macOS: Use Clipboard in Terminal Without a Mouse

2 minute read
| Quick Tip

If you do much work at all in the Terminal, there are two macOS commands you should know about but probably don’t. They’re called pbcopy and pbpaste, and they’re extremely powerful. These two commands let you use Clipboard in Terminal without ever raising your fingers from the keys.

use clipboard in terminal

You don’t have to use your mouse to copy and paste text in Terminal — it call all be done from the keyboard (Stux)

Why Do I Need to Use Clipboard in Terminal?

If you’re really asking this question, maybe you aren’t as much of a Terminal fanatic as you claim to be. Using pbcopy, you’re able to not only copy the contents of a file into the Clipboard, but also redirect the output of Terminal commands into it.

If you’ve ever tried to easily get the contents of a text file into the Clipboard, you know what a hassle it can be. You have to open the file in TextEdit, highlight the contents, and then use the Copy shortcut. If you want an easier method, pbcopy might just become your new best friend.

Copying to the Clipboard

There are two main uses I have for pbcopy. Those are copying text from a file, and redirecting output from a Terminal command. The first is the easiest:

pbcopy < file.txt

This will take all of the contents of file.txt and copy it to the Clipboard. You can then access it using the Finder’s Clipboard shortcuts or pbpaste.

Let’s look at a more complicated example. Let’s say I want to generate a text file of all of the processes running on my Mac. I could simply type ps aux and then try to highlight everything, but the output would likely span several screens. To more effectively use Clipboard in Terminal, I just do this:

ps aux | pbcopy

That command string will pipe the results of my ps command to the Clipboard. Again, I can use the Finder’s Clipboard shortcuts or the pbpaste command to access the text.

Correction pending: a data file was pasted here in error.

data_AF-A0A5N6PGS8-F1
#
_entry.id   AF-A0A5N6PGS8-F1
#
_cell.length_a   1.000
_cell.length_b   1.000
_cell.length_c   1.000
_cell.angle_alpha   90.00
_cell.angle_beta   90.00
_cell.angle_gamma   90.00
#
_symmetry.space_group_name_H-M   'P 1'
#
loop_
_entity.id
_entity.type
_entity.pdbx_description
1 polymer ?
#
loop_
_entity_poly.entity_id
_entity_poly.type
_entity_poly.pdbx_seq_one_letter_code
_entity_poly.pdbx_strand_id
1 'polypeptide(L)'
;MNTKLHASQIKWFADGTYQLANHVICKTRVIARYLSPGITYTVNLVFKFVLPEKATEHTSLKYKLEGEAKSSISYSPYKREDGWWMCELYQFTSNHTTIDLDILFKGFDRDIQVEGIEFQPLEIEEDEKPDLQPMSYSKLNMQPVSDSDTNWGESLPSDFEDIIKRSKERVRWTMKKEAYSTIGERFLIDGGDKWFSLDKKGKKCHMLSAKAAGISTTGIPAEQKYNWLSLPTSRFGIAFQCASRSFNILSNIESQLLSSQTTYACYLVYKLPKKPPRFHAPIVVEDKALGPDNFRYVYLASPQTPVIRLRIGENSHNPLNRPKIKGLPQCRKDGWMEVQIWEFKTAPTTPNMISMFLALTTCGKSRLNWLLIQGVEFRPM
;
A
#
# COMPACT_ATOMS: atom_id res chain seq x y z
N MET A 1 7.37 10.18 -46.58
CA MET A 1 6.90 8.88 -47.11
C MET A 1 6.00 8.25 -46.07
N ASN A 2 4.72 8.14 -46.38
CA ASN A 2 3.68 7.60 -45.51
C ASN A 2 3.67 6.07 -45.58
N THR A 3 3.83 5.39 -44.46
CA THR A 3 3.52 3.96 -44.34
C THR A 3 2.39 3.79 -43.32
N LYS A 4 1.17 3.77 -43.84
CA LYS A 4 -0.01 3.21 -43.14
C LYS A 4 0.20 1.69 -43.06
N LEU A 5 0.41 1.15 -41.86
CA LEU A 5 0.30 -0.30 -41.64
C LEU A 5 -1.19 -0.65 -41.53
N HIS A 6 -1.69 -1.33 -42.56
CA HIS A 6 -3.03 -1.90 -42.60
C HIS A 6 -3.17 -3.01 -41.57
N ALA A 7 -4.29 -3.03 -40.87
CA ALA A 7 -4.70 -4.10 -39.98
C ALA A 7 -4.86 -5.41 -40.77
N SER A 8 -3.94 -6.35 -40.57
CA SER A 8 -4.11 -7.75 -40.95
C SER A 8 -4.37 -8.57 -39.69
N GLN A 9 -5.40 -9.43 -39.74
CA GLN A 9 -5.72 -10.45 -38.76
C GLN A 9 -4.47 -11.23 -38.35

Pasting From the Clipboard in Terminal

Next up is pbpaste. This command retrieves the data from the Clipboard buffer, writing to the Terminal. If I just type pbpaste without any arguments, the command will output the Clipboard contents straight into my command line.

Let’s say I want the Clipboard contents to go into a file. For that, I just add an argument:

pbpaste > file.txt

That would insert the contents of the Clipboard into a file called file.txt.

That’s all cool and stuff, but what about filtering through the data? Take a look at this.

ps aux | pbcopy
pbpaste > file.txt

When I ran that set of commands just now, it generated a 430-line text file. What if I wanted to fiilter it to certain processes? For that, I use grep alongside either pbcopy or pbpaste. So, I do this:

ps aux | pbcopy
pbpaste | grep Chrome > file2.txt

Now I have a much more manageable text file; it’s only six lines instead of 430.

But Wait, There’s More

The pbcopy and pbpaste commands are insanely powerful, and I’m not even fully fluent in the intricacies of making the most of them. For example, there are multiple Clibpoards, or pasteboards, that the Terminal commands can work with. You can also specify what type of data to look for first in the pasteboard — plain text, rich text, or Encapsulated PostScript.